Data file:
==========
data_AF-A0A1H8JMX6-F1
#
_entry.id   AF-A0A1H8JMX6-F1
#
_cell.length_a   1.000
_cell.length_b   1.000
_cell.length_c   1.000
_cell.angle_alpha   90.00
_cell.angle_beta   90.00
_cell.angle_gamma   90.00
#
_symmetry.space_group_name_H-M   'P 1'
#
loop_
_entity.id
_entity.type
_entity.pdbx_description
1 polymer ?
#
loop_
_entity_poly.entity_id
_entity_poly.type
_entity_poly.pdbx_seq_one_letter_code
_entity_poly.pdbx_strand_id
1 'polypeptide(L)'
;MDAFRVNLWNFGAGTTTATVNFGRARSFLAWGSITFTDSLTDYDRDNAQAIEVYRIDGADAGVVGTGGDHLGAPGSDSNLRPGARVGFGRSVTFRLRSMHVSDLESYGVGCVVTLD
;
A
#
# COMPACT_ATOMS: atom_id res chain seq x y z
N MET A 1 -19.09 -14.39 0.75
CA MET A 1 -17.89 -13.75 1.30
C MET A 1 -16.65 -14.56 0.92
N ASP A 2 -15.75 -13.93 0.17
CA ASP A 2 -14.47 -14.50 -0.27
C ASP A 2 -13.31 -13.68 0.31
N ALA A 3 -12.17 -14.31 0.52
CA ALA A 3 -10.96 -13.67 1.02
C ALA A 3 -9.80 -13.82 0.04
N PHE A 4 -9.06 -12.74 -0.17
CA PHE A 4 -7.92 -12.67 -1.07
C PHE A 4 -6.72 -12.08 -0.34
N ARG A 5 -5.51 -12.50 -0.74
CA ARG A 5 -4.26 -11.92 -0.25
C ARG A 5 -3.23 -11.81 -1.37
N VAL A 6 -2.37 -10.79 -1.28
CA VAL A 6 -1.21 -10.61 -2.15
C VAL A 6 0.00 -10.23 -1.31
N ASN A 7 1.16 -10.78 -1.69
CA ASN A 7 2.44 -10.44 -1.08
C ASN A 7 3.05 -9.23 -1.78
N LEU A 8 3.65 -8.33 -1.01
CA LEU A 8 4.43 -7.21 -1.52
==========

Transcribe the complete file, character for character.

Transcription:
data_AF-A0A1H8JMX6-F1
#
_entry.id   AF-A0A1H8JMX6-F1
#
_cell.length_a   1.000
_cell.length_b   1.000
_cell.length_c   1.000
_cell.angle_alpha   90.00
_cell.angle_beta   90.00
_cell.angle_gamma   90.00
#
_symmetry.space_group_name_H-M   'P 1'
#
loop_
_entity.id
_entity.type
_entity.pdbx_description
1 polymer ?
#
loop_
_entity_poly.entity_id
_entity_poly.type
_entity_poly.pdbx_seq_one_letter_code
_entity_poly.pdbx_strand_id
1 'polypeptide(L)'
;MDAFRVNLWNFGAGTTTATVNFGRARSFLAWGSITFTDSLTDYDRDNAQAIEVYRIDGADAGVVGTGGDHLGAPGSDSNLRPGARVGFGRSVTFRLRSMHVSDLESYGVGCVVTLD
;
A
#
# COMPACT_ATOMS: atom_id res chain seq x y z
N MET A 1 -19.09 -14.39 0.75
CA MET A 1 -17.89 -13.75 1.30
C MET A 1 -16.65 -14.56 0.92
N ASP A 2 -15.75 -13.93 0.17
CA ASP A 2 -14.47 -14.50 -0.27
C ASP A 2 -13.31 -13.68 0.31
N ALA A 3 -12.17 -14.31 0.52
CA ALA A 3 -10.96 -13.67 1.02
C ALA A 3 -9.80 -13.82 0.04
N PHE A 4 -9.06 -12.74 -0.17
CA PHE A 4 -7.92 -12.67 -1.07
C PHE A 4 -6.72 -12.08 -0.34
N ARG A 5 -5.51 -12.50 -0.74
CA ARG A 5 -4.26 -11.92 -0.25
C ARG A 5 -3.23 -11.81 -1.37
N VAL A 6 -2.37 -10.79 -1.28
CA VAL A 6 -1.21 -10.61 -2.15
C VAL A 6 0.00 -10.23 -1.31
N ASN A 7 1.16 -10.78 -1.69
CA ASN A 7 2.44 -10.44 -1.08
C ASN A 7 3.05 -9.23 -1.78
N LEU A 8 3.65 -8.33 -1.01
CA LEU A 8 4.43 -7.21 -1.52